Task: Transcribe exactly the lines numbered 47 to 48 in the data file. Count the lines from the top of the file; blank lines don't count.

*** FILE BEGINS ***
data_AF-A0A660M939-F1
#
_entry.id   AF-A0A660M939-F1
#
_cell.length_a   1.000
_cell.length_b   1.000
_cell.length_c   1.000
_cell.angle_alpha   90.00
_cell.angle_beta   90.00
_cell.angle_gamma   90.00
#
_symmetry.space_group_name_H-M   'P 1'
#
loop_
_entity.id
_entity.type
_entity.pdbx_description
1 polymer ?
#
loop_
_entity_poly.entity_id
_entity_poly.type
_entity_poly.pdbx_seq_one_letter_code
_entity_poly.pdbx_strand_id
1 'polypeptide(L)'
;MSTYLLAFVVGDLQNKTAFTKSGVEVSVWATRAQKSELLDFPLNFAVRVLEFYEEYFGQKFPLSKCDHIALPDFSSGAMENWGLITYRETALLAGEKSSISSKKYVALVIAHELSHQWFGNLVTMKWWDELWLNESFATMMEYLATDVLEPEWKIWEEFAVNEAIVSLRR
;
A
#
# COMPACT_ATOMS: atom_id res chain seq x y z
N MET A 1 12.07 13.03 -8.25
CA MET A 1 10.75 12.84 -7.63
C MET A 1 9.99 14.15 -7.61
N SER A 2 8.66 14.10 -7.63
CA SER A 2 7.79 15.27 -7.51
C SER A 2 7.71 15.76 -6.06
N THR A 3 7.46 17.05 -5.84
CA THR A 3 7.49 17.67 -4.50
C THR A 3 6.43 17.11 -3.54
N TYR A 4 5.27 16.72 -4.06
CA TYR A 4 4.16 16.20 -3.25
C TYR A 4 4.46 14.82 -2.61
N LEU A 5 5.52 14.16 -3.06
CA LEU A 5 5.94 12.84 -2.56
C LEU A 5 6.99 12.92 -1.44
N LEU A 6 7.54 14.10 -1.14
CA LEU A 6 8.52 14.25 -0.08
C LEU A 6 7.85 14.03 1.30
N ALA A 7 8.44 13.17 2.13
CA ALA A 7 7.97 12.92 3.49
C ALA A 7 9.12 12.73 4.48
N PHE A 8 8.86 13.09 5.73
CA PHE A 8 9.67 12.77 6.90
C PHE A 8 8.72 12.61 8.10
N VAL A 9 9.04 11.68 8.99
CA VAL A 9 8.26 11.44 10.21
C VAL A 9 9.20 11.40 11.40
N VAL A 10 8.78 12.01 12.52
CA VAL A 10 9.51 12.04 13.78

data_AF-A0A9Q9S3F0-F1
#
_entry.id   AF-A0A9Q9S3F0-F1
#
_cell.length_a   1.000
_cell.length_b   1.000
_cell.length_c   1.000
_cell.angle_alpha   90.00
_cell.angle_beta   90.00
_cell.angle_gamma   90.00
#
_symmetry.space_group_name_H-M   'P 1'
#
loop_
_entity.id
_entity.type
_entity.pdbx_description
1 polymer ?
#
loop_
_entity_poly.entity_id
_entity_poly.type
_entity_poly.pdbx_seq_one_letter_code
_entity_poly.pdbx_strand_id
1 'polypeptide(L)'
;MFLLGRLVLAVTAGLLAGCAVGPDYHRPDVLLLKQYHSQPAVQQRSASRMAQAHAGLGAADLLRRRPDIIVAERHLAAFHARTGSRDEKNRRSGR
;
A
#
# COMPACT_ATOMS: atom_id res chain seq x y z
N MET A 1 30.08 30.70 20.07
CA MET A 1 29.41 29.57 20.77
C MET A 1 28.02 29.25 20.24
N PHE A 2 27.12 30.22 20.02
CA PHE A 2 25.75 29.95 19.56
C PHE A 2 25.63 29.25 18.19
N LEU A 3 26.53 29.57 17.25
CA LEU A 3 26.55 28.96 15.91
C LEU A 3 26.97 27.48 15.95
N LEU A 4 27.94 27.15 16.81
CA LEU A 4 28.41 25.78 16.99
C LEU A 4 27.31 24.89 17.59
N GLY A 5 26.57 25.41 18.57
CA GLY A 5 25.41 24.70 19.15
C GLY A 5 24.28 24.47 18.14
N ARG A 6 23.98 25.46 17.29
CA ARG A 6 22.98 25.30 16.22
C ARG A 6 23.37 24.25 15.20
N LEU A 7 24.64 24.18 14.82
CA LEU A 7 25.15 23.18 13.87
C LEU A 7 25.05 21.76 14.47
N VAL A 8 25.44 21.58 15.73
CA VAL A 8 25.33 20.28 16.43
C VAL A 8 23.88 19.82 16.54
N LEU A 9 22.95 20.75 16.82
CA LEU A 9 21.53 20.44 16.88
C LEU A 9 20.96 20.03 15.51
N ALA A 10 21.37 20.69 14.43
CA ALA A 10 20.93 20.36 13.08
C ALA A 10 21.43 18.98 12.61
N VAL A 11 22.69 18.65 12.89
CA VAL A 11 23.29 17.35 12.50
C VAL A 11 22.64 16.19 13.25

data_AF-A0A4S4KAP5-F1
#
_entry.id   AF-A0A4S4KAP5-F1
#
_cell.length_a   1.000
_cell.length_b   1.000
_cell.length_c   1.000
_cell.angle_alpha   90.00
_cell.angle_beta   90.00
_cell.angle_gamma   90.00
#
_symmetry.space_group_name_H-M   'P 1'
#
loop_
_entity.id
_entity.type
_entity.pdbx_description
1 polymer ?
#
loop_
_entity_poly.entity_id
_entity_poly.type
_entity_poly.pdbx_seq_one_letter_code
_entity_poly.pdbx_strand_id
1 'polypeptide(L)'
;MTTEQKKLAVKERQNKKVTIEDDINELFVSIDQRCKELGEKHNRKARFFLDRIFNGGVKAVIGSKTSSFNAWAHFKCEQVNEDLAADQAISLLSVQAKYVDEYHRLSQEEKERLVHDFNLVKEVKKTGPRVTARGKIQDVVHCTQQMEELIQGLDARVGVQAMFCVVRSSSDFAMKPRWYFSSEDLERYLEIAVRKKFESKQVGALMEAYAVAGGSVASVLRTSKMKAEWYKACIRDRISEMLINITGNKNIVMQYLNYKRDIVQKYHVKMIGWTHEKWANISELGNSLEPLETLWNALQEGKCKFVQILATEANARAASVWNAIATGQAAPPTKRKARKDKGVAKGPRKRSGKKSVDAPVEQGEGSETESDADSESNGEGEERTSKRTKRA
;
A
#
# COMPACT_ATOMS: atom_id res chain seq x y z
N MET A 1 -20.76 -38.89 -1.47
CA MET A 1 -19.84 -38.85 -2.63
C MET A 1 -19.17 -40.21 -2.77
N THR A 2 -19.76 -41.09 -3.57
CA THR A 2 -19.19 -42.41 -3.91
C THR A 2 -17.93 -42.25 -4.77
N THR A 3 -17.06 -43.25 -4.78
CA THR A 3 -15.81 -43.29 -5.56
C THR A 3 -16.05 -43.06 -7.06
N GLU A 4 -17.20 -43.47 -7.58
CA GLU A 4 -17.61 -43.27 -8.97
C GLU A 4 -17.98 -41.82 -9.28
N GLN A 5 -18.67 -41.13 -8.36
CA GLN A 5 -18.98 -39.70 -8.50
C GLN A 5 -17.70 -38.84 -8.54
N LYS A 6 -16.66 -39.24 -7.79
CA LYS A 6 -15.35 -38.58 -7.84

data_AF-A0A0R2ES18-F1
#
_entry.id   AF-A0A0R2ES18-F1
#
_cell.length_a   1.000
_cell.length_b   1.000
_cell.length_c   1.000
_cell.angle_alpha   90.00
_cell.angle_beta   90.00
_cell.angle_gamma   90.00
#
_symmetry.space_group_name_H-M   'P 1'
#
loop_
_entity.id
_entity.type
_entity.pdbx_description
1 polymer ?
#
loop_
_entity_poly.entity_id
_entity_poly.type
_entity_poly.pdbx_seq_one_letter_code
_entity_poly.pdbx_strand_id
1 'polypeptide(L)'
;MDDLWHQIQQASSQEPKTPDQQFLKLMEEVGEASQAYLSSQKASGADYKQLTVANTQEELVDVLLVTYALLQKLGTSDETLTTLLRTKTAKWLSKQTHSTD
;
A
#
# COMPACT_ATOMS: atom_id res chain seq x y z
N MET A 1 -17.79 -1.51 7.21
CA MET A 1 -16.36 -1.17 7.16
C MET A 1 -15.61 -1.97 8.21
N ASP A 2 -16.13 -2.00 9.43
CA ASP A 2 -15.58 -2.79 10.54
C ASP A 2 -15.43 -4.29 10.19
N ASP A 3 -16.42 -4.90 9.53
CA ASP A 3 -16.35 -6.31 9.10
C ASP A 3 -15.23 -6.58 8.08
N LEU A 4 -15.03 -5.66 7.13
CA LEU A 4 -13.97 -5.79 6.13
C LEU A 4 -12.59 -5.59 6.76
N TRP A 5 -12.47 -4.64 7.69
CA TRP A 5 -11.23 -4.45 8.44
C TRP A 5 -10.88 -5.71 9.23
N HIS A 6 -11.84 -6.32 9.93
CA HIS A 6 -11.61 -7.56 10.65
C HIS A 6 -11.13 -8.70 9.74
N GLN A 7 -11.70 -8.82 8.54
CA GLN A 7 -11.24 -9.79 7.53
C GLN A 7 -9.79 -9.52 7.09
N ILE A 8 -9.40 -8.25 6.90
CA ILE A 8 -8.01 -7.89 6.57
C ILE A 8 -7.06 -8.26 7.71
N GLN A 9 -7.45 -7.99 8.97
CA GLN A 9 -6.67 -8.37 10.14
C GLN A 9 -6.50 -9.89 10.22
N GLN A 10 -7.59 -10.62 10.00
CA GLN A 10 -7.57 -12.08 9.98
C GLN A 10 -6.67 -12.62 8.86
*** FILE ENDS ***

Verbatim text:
CA LEU A 6 8.52 14.25 -0.08
C LEU A 6 7.85 14.03 1.30